I liked the bit below from this Bravewriter (homeschooling curriculum) newsletter written by Julie Bogart:
“I made a list of what ‘healthy’ looks like to me a few years back. I share it with you now:
Curiosity over accusation: When you find someone’s behavior strange or upsetting or simply different than you expected, ask questions, show interest. Don’t make assumptions, accuse, or assign intentions/motives.
Kindness over force: Kindness means a quiet voice, a gentle tone. Force is coercive-it uses an urgent (sometimes loud) tone to create anxiety in the other person to provoke an action. Kindness assumes that the person can be reached through support rather than control
Trust over suspicion: As a friend says, “I look for reasons to trust people.” A disposition that trusts creates open lines of communication and freedom to take risks. It creates a willingness to own up to mistakes or poor choices. Suspicion kills creativity and it drives shame underground. Secrets grow in an atmosphere of suspicion.
Acceptance over control: To truly accept means that you are willing to receive what is offered without judgment or interference. Control means the other person needs to match my expectations before I can accept what is offered. (Your five minutes at dinner with me before you head out the door again is enough because you gave it freely; not: Because you didn’t eat a full dinner with me, I won’t be friendly to you during the meal.)
Owning personal limits over imposing personal limits: If I need something to be a certain way, I make it happen or take responsibility to make it happen. I don’t require others to create the space I need to live in. I create it for myself. I don’t blame others for my lack.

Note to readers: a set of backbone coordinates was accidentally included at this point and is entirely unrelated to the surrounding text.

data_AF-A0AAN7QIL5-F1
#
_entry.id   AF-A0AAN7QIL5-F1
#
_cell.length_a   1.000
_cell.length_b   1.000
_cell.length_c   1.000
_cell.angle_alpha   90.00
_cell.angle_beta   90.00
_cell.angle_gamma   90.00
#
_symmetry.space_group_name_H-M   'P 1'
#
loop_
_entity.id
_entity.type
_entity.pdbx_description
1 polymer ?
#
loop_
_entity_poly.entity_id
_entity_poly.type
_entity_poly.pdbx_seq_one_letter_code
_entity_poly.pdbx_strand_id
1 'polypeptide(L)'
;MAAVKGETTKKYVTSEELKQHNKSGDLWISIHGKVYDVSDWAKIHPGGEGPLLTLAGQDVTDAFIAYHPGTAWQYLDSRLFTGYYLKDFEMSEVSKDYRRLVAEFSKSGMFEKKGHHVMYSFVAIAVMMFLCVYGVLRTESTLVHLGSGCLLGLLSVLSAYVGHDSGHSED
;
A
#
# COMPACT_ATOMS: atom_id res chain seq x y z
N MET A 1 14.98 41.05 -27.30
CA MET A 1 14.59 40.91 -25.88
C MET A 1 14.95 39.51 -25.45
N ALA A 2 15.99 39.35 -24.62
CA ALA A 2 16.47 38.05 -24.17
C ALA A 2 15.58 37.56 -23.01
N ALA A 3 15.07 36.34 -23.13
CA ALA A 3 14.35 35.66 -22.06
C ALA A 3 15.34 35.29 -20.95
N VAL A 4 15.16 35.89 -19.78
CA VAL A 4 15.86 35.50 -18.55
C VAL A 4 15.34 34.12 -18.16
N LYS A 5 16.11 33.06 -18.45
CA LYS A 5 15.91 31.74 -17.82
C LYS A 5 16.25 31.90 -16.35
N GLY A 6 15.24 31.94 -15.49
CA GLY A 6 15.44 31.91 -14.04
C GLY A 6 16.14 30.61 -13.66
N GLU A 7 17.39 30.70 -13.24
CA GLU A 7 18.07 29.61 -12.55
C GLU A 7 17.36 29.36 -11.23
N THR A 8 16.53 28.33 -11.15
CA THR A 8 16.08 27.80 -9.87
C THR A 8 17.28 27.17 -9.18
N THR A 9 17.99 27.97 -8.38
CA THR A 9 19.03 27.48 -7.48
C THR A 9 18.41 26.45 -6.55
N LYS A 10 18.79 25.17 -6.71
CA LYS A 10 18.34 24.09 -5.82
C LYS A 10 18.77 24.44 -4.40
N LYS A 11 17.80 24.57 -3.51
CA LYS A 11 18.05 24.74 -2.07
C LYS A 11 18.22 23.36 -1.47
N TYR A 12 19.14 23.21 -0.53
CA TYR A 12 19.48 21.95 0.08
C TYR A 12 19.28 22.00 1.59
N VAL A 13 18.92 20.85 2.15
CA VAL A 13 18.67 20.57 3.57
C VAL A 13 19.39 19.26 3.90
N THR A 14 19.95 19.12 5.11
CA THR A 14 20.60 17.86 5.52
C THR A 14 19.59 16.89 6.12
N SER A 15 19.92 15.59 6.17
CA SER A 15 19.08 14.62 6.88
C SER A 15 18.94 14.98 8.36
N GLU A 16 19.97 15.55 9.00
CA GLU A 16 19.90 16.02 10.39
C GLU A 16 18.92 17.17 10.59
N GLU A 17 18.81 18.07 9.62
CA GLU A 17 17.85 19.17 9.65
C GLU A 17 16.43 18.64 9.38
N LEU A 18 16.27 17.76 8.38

Expressing my disappointment over calling you a disappointment: When expectations surface and aren’t met, sharing my disappointment as an unmet need rather than assigning you the label “disappointing” is healthy.
Asking for help over requiring it: It’s risky to say “Would you help me….?” because the person might say, “No.” But to require “help” is to remove the possibility of “gift.” A requirement of help can become a source of festering resentment. To share what you need and ask for help means a person has the chance to be good to you. People love to know that what they do is genuinely appreciated as a free gift, not as an obligation.
Surprise me over “that’s who you are and always will be”: I like to find out you are more than I know or thought I knew. Labels limit people and we stop being surprised and amazed by them. If when you risk sharing a new way of seeing or being with someone you love and you are met with skepticism “You don’t like X” or “You’re not that kind of person,” it shuts down the adventure of living… for both of you. Give your children the gift of being delightful surprises to you.
Passion over discipline: Discipline fuels passion, true enough. But you can’t get to passion by starting with discipline. Knowing a person’s passion and supporting it does more to create a climate of enthusiasm and joy than all the rules, systems, structures, and good ideas in the world. Discipline alone is soul-stealing.
Yelling never works. Unless your house is on fire or a semi is about to crush your car.
Affirm over suggest: Find traits to affirm, look for ways to validate the other person’s judgment, thought processes, ideas before offering your own. Only make suggestions when asked.”